I went full time in 2015 after parting ways with a job at family’s business. At the time I had accepted what I believed would be a full time editing position with a local photography studio. I put in my notice with my family and then received a call that it wouldn’t be a full time position, but very part time as they brought on a large number of interns to help with their editing load. I took it as a sign, spent about 6 months supplementing a small amount of my income with the editing gig. I then moved on to work my business full time. About a month or two later my marriage took the final crumble and my life was up in the air and I had no idea how I would make it all work. My husband had been very unsupportive of me going full time with photography. He did not believe I would be able to make it work. It wasn’t the reason for our divorce, but it was a symptom of an unhappy life together. It was terrifying to make a decision to leave that relationship in the midst of so much upheaval that already existed in my life. On top of the devastation that I felt in losing my marriage, the financial fears were huge. There was a certain level of security in sharing monthly expenses with another person while taking a huge financial risk for happiness. We were not financially dependent upon each other but with that idea of security gone I very seriously thought about re-joining the ranks of 9-5’ers. Not that there would have been anything wrong with that at all and sometimes that is the best decision people can make. It just wasn’t what I wanted or needed at the time. I very much believe my life would have been much harder had I quit what fed my soul for a secure paycheck at that point.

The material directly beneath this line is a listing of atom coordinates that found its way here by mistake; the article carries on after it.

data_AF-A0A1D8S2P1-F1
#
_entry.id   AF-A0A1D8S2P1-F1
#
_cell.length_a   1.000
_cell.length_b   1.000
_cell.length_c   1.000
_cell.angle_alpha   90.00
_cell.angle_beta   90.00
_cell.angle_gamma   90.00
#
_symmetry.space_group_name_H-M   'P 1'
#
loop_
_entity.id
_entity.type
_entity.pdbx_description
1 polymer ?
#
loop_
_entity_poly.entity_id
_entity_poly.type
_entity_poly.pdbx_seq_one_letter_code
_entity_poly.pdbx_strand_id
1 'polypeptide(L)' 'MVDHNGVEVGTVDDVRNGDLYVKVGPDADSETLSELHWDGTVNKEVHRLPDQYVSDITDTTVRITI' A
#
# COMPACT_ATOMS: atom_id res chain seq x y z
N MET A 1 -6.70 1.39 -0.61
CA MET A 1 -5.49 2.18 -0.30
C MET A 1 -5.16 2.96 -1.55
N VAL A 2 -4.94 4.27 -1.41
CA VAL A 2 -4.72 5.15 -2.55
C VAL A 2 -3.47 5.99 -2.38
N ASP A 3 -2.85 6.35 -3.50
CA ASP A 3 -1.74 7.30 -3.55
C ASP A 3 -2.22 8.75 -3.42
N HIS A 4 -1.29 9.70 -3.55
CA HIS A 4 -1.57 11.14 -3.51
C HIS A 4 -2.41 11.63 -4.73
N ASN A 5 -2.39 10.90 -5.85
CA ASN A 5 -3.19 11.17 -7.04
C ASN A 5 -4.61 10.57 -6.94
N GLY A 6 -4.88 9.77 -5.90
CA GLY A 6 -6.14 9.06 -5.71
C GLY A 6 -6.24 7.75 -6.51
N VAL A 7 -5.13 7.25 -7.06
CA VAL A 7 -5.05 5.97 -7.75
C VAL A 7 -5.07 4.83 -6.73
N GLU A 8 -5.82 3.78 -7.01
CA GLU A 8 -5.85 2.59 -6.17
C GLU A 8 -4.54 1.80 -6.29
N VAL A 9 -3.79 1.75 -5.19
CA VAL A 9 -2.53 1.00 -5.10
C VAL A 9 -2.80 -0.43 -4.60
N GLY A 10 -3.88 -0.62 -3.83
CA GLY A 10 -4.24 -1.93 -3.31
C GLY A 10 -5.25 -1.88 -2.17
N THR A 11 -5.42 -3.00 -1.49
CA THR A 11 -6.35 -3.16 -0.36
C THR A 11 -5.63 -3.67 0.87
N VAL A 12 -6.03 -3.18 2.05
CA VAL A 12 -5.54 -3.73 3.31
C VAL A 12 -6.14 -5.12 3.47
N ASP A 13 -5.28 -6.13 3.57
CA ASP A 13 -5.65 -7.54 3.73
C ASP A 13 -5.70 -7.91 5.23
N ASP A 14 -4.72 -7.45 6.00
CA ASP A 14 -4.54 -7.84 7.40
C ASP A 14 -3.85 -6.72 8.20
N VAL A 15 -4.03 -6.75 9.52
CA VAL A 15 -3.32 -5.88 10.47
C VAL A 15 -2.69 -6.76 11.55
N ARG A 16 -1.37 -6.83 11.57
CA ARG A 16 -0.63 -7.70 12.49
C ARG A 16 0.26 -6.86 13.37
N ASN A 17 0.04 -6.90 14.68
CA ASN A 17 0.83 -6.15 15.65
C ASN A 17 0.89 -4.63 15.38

I pushed through and slowly started rebuilding my life with my camera in hand. It fed me, it clothed me, it paid my rent. After about a year I realized that I really could do this, even if it wasn’t without struggle. I was really having to work on myself, my awareness and work on my emotional boundaries within work and art. I had to give myself into the process and realize that my weaknesses within it all very much needed to be addressed but that they didn’t have to be fatal to what I was building.